Role of Mindfulness in Economic Risk-Taking
MetadataShow full item record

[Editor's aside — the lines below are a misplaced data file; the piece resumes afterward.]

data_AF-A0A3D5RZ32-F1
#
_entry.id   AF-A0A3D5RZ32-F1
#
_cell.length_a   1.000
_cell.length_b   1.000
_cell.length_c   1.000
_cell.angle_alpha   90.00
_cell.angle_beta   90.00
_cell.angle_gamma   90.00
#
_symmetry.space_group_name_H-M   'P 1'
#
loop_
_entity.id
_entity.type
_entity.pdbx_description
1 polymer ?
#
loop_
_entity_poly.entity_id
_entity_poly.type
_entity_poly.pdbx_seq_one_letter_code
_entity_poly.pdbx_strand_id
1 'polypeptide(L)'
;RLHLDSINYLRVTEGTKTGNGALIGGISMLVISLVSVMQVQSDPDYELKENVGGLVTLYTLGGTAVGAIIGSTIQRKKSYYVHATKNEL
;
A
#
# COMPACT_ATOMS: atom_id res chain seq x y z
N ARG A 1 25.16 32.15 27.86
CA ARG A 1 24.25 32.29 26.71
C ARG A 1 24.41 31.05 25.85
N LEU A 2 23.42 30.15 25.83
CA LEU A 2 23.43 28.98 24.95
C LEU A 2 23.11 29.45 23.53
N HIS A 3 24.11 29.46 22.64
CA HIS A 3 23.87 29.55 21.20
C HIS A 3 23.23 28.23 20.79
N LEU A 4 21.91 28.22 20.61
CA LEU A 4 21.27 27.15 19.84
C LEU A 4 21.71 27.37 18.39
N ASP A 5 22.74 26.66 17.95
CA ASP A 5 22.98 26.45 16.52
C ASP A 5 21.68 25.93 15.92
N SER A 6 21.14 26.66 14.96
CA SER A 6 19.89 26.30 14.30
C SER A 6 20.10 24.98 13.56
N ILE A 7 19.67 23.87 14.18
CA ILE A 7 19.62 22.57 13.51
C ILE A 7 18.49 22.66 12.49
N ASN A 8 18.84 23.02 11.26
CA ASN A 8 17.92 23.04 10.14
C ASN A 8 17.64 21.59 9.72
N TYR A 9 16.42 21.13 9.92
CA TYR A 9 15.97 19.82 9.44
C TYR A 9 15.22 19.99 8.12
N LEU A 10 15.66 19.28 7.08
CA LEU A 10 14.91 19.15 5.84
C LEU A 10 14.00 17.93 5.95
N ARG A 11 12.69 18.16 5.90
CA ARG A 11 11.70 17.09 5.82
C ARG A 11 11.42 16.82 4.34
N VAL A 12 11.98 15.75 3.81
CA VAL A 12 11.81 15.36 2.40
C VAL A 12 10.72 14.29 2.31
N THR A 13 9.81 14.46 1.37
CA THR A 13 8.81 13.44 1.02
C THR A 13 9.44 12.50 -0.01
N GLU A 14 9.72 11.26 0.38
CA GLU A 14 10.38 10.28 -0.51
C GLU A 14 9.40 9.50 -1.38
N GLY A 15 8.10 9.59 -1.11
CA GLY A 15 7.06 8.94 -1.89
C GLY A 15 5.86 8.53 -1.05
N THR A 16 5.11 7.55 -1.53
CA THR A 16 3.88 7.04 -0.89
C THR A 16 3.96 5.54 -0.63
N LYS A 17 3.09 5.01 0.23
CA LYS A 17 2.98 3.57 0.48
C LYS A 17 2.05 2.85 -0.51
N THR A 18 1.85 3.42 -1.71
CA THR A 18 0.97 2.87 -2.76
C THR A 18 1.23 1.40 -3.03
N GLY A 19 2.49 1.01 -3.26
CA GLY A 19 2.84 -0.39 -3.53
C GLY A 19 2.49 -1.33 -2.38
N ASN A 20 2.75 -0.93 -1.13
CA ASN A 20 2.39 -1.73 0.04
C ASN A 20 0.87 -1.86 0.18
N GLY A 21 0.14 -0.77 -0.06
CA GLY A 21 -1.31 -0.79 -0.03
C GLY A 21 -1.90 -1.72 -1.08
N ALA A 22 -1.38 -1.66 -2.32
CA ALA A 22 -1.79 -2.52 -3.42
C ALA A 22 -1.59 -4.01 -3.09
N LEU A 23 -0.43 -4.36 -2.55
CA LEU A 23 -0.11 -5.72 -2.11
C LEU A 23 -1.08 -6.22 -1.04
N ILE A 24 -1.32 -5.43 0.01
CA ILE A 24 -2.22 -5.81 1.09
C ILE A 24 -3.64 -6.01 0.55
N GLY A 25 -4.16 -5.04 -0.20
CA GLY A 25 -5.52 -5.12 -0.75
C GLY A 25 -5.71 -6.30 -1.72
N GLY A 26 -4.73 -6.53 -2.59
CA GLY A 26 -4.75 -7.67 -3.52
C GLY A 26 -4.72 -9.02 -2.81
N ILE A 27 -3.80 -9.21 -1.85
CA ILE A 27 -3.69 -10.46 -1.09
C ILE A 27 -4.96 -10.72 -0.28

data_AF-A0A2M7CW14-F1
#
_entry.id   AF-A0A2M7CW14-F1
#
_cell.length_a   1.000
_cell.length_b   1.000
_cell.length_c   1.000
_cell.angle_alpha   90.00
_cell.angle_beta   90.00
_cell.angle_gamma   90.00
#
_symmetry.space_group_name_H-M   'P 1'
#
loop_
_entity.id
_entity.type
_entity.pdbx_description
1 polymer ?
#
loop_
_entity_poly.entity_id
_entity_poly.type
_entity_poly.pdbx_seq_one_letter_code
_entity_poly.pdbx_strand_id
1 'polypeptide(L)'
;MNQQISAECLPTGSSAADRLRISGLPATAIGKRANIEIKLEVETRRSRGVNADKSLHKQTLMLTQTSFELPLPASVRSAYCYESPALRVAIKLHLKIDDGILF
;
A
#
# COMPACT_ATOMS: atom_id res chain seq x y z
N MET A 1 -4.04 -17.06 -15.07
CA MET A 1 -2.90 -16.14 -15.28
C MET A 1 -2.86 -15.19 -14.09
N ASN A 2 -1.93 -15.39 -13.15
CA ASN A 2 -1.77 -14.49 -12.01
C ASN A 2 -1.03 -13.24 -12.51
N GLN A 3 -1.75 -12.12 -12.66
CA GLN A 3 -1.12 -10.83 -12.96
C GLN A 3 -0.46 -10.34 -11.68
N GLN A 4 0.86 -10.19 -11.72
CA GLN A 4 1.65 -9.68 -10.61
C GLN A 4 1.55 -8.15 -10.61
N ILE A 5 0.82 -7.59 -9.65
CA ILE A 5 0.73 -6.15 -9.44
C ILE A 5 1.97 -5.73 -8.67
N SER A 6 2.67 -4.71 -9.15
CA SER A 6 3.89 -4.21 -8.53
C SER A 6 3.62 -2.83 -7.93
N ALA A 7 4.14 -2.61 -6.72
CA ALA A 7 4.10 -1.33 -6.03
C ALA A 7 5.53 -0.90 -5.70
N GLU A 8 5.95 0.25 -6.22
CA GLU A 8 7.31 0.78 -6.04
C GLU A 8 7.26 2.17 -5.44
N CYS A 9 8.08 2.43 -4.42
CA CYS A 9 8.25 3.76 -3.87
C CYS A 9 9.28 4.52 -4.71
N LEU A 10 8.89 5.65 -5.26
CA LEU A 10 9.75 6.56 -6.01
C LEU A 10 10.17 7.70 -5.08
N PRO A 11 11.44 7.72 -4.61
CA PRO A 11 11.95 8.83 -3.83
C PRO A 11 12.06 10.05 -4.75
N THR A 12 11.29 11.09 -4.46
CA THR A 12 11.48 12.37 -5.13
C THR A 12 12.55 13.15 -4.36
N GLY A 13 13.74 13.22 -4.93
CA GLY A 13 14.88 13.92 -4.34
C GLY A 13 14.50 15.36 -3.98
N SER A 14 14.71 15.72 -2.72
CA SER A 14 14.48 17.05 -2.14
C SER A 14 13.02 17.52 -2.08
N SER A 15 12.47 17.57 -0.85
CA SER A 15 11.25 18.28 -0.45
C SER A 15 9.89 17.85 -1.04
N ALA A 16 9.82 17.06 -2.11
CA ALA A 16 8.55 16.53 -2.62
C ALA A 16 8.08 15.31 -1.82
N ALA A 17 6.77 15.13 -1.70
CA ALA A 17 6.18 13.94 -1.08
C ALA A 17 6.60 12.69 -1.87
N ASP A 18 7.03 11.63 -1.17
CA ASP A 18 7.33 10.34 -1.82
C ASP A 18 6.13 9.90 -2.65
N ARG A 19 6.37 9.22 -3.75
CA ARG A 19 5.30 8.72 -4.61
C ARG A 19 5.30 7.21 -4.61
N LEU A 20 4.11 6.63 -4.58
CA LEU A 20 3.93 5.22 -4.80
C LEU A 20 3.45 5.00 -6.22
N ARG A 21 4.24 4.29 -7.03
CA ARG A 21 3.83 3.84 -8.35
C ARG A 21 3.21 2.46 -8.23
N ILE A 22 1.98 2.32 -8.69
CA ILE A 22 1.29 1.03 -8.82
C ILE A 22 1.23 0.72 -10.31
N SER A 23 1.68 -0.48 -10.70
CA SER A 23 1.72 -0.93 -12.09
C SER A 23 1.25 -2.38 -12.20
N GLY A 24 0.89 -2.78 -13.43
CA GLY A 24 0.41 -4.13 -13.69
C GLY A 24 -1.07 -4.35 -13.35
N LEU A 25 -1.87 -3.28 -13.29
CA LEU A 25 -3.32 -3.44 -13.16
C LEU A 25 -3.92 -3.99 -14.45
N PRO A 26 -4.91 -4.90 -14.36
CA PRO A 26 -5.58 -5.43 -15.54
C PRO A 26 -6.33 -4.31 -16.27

Despite evidence of mindfulness’ effects in down-regulating risk-taking associated with mental and physical health, there is almost no research examining mindfulness’ role in economic risk-taking. To address this gap, across three studies, I tested the association between dispositional mindfulness (Study 1: N=505; Study 2: N=191), and a brief intervention (Study 3: N=161), on economic risk-taking and the optimality of those risky decisions. In an MTurk sample, dispositional mindfulness was weakly and negatively correlated with risk-taking in an independent gambles task, in which risk-taking was optimal on average. In the same sample, dispositional mindfulness was negatively correlated with risk-taking in a Multiple Price List (MPL) gambles task, in which individuals higher on dispositional mindfulness took fewer optimal risks. However, in an undergraduate sample, dispositional mindfulness was positively associated with risk-taking in the MPL gambles task, with individuals higher on dispositional mindfulness taking more optimal risks (specifically at 1 SD). Also, a brief mindfulness intervention in undergraduates increased risk-taking in the hot-Columbia Card Task (CCT), albeit higher risk-taking in the CCT was non-optimal. I also hypothesized that, in tasks that engaged affective processes (i.e., independent gambles and CCT), mindfulness’ effects on risk-taking would depend on an individual’s trait neuroticism. In the independent gambles task, for those higher on dispositional mindfulness, neuroticism was positively correlated with optimal risk-taking. But at lower levels of dispositional mindfulness, the neuroticism-risk-taking relationship was reversed. In the CCT, there was no significant mindfulness by neuroticism interaction due to overarching sex differences. The predicted mindfulness by neuroticism interaction was found in women: for women in the control condition, higher neuroticism was positively associated with non-optimal risk-taking, but for those in the mindfulness condition the neuroticism-risk-taking relationship was suppressed. However, for men in the control condition, higher neuroticism was negatively associated with non-optimal risk-taking, but in mindfulness condition men showed an overall increase in non-optimal risk-taking. The role of affect, testosterone and cortisol, and cognitive appraisals were tested as mechanisms, however these analyses did not yield any consistent results. Together the findings from this dissertation highlight the nuanced and complex nature of mindfulness’ association with economic risk-taking.